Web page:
Politics

Budget full of gimmicks: Ignatieff

Liberal Leader Michael Ignatieff blasted the federal budget for being a document full of "gimmicks" that ignores important issues, but reaffirmed he won't bring the government down over it.
Liberal Leader Michael Ignatieff slammed the federal budget for being full of gimmicks but said he will not trigger an election over it. ((Pawel Dwulit/Canadian Press))

Liberal Leader Michael Ignatieff blasted the federal budget for being a document full of "gimmicks" that ignores important issues, but reaffirmed he won't bring the government down over it.

"The throne speech and the budget let Canadians down. They expected vision and got gimmicks. They deserved ambition and got drift," Ignatieff told the House of Commons Friday, a day after the release of the budget.

"This is a tired government, falling back on its laissez-faire instincts, leaving Canadians to fend for themselves."

Ignatieff accused the Tories of ignoring the pension crisis, doing nothing for child care and freezing foreign aid at a time when the mission in Afghanistan is shifting from military to humanitarian engagement.

"The Conservatives are ignoring the major issues that matter to Canada. Pensions? Nothing. Health care? Nothing. Climate change? Nothing. Culture? Nothing."

Instead of measures to create jobs, the budget has only "freezes, cuts and gimmicks," Ignatieff said.

He slammed the government over the $56-billion budget deficit, saying they cannot be trusted to get it under control.

"They inherited a $13-billion surplus. They spent at record levels in 2006-2007. They were on the edge of deficit before the recession started."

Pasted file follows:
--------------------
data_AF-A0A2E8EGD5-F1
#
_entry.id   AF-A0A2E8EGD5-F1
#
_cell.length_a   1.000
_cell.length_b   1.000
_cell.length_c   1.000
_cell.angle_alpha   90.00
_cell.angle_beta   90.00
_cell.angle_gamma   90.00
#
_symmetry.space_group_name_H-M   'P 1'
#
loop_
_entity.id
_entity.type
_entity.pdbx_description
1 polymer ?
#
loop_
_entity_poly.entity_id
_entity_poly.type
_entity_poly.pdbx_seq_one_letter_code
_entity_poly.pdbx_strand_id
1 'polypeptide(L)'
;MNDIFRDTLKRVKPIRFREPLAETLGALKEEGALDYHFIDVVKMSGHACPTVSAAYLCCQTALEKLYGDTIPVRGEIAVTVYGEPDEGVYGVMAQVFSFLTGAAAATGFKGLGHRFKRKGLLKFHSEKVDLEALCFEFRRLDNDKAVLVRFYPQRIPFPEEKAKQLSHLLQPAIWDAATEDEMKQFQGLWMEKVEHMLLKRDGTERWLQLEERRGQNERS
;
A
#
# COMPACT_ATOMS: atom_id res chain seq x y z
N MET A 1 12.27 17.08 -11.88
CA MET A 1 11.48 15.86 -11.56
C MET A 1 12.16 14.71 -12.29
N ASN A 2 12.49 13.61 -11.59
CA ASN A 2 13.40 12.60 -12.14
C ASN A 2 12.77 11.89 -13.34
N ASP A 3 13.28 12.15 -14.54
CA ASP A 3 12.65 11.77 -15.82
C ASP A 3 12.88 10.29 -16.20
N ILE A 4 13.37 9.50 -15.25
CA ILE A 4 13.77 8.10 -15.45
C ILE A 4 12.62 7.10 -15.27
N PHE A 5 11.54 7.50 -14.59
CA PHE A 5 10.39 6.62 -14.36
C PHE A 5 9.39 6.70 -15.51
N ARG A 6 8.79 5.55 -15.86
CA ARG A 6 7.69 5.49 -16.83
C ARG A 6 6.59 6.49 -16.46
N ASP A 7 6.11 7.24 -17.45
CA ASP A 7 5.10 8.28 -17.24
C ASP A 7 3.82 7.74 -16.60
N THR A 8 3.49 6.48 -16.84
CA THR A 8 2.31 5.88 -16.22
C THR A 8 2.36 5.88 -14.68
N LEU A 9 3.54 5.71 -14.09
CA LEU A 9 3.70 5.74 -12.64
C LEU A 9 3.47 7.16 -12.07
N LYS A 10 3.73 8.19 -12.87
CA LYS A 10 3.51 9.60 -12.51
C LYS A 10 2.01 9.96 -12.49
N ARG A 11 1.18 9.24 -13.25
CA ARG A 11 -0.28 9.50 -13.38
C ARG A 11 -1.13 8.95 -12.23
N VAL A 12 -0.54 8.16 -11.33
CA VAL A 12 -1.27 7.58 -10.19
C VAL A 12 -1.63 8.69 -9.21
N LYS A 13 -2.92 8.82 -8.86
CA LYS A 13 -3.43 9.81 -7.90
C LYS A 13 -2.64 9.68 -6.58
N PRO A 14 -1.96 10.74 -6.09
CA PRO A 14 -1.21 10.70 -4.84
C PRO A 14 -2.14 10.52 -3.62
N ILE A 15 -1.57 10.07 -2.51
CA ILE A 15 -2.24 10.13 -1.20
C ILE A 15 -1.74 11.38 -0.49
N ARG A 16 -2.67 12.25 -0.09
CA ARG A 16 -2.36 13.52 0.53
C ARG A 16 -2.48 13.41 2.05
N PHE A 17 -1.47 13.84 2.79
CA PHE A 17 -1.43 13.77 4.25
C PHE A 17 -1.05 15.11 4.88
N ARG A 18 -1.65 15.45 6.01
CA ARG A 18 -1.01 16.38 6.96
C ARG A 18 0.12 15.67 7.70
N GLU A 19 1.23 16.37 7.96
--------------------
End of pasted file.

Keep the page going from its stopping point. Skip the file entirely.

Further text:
The government said it will freeze departmental spending, it won't say which programs they will cut, what services Canadians will lose and where the Conservatives will find the necessary savings.

"This isn't a plan. It’s very large empty promise."

Despite his list of grievances, Ignatieff repeated what he said on Thursday, that his party will not trigger an election over the budget.

"We will vote against the budget motion now before us — but we, unlike other parties in this House, will do so responsibly. We will not cause an election. Canadians don't want an election."

On Thursday, Ignatieff explained that they will not vote in sufficient numbers to defeat the government.

NDP Leader Jack Layton said his party could not support the budget as it is currently written, claiming it would leave millions of people by the wayside, offer nothing for job creation or for seniors living in poverty.

Corporate tax plan slammed

Layton listed changes that could garner NDP support including extending the home renovation tax credit with new emphasis on energy efficiency, building affordable housing and creating green jobs for the future.

Layton said the budget will not extend Employment Insurance benefits for almost one million jobless Canadians who are victims of the recession.

Layton also slammed Ottawa's plan to make Canada the country with the lowest corporate income tax rate in the G8 by 2012.

At 22 per cent in 2007, Canada's corporate tax rate is on pace to fall to 15 per cent by 2012. With the overall decline in corporate profitability last year, Ottawa will take in 24 per cent less in corporate taxes this fiscal year.

"Instead of putting working Canadians first, this budget squanders literally billions of dollars on more tax cuts for banks and big oil companies," Layton said.

"Don't tell us about competitiveness. Our corporate rates are now well below our competitors in the U.S. and the G8. So now we're talking about ideology. Not good sense."

Layton said that instead, lost revenue could go to seniors living in poverty, extending EI or improving health care.

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